This Texas sized request is just ‘plane’ crazy
So, have you heard about the group in Texas and their recent request to acquire one of the planes from our National Museum of the United States Air Force, what we affectionately call in these parts as The Air Force Museum? By the way, the “our” includes all Americans, but especially we who take pride in this world-class facility in our own backyard.
The Texans have their eyes on SAM (Special Air Mission) 26000, which is a retired Air Force One aircraft. Yes, the president’s plane.
This AF-1 was used first by John F. Kennedy and brought the slain president’s body back to Washington, D.C., after his assassination in Dallas.
It’s currently housed at our museum and will serve as the centerpiece of a $35 million expansion with all of the other presidential aircraft. But for some reason, the LBJ (Lyndon B. Johnson) Presidential Library and Museum in Austin would like sole possession.
Wyatt Thomas Johnson (no relation to the former president) heads the group as the chairman emeritus of the nonprofit LBJ Foundation. Johnson has said that he and other supporters are prepared to raise millions of dollars to house the plane there.
One of their board members, Ben Barnes, is on the record as saying: “The LBJ Museum is a superior location compared to a town in Ohio.”
Ah, excuse me, did you say “a town in Ohio?” That’s what I thought you said.
OK, Mr. Barnes, let me inform you that this “town in Ohio” happens to be Dayton. Let me repeat with emphasis, DAYTON, OHIO.
If you are unaware, Dayton is home to the Wright Brothers—you know, the guys who invented the airplane and without them there wouldn’t be an AF-1.
Plus, OUR museum here has over 1 million visitors yearly and it’s free to the public. I understand if the plane were in Austin patrons would be charged a fee and you would have the added bonus of a projected attendance boost for your library. Now I believe I understand your motive.
The group from Texas heard from us about its plans for the plane loud and clear. U.S. Sen. Rob Portman and U.S. Rep. Mike Turner sent a letter to the Secretary of the Air Force Deborah Lee James about their “serious concerns” that The Air Force Museum might lose the jet.
She and the Air Force responded swiftly with a letter back to Portman and Turner:
“The Air Force is not considering the transfer of this aircraft [or any other entity] to the Lyndon B. Johnson Presidential Library and Museum. The Air Force’s decades-long mission as the executive agent for presidential fixed-wing airlift is a great historical narrative and one that we are proud to present to the public. SAM 26000 is a key artifact to tell this important Air Force story.”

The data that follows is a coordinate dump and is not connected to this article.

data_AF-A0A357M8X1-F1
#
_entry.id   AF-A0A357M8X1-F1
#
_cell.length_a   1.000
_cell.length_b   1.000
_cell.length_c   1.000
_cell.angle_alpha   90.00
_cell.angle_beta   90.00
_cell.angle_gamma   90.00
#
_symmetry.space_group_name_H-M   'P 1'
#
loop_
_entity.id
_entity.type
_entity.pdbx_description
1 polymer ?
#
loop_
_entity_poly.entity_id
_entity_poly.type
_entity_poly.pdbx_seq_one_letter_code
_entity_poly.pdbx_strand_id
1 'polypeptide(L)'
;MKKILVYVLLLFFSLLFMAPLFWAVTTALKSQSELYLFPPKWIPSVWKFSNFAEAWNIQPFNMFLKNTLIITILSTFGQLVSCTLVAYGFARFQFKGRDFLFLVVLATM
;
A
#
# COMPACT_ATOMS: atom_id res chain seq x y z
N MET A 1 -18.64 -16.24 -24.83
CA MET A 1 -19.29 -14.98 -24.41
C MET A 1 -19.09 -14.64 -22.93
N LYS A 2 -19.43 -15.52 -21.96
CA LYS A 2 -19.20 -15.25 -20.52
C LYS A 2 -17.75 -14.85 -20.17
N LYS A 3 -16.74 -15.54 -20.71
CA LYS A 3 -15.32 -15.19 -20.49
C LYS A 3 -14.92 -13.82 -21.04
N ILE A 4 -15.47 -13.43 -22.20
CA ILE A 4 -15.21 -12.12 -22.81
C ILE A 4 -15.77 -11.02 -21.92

Case closed, right? Well, not quite, because Mr. Barnes responded in a newspaper article:
“That letter was not by any means the last blow landed in this fight.”
Fight? This fight is over. Mr. Johnson says he’s not looking for an adversarial standoff between the foundation, the Air Force and members of congress, but rather a win-win for both communities.
And Mr. Johnson, what would be that win-win scenario of which you speak? Well, let me speak the “plane” truth.
First, the SAM26000 was also used by a boatload of presidents, such as Johnson, Richard Nixon, Ronald Reagan, George H. W. Bush and Bill Clinton.
Should we put the plane on tour and make the rounds to all the presidential libraries? Or, send a piece to each place? After all, based on your way of thinking, they all can lay claim to it.
And do you really want the aircraft there as a reminder of one of the darkest chapters in our history? When Lyndon Johnson took the oath of office after Kennedy’s death?
So, why don’t we all think your way? (I say with tongue firmly planted in cheek.)
In that case, let’s call the Orbit Crane folks, Two Men and a Truck and jet up to The Henry Ford Museum in Michigan and haul the Wright Brothers bike shop and homestead right back here where it belongs.
Since we’re laying claim, we could take the scenic route home through D.C. and grab the Wright Flyer currently displayed in the Smithsonian while we’re at it.
Where does it end, Texas? Well, hopefully right here. But as Mr. Barnes said, this fight is far from over. Isn’t that what they said at the Alamo?
Yes, we haven’t heard the last from them. And they haven’t heard the last from ‘a town in Ohio.’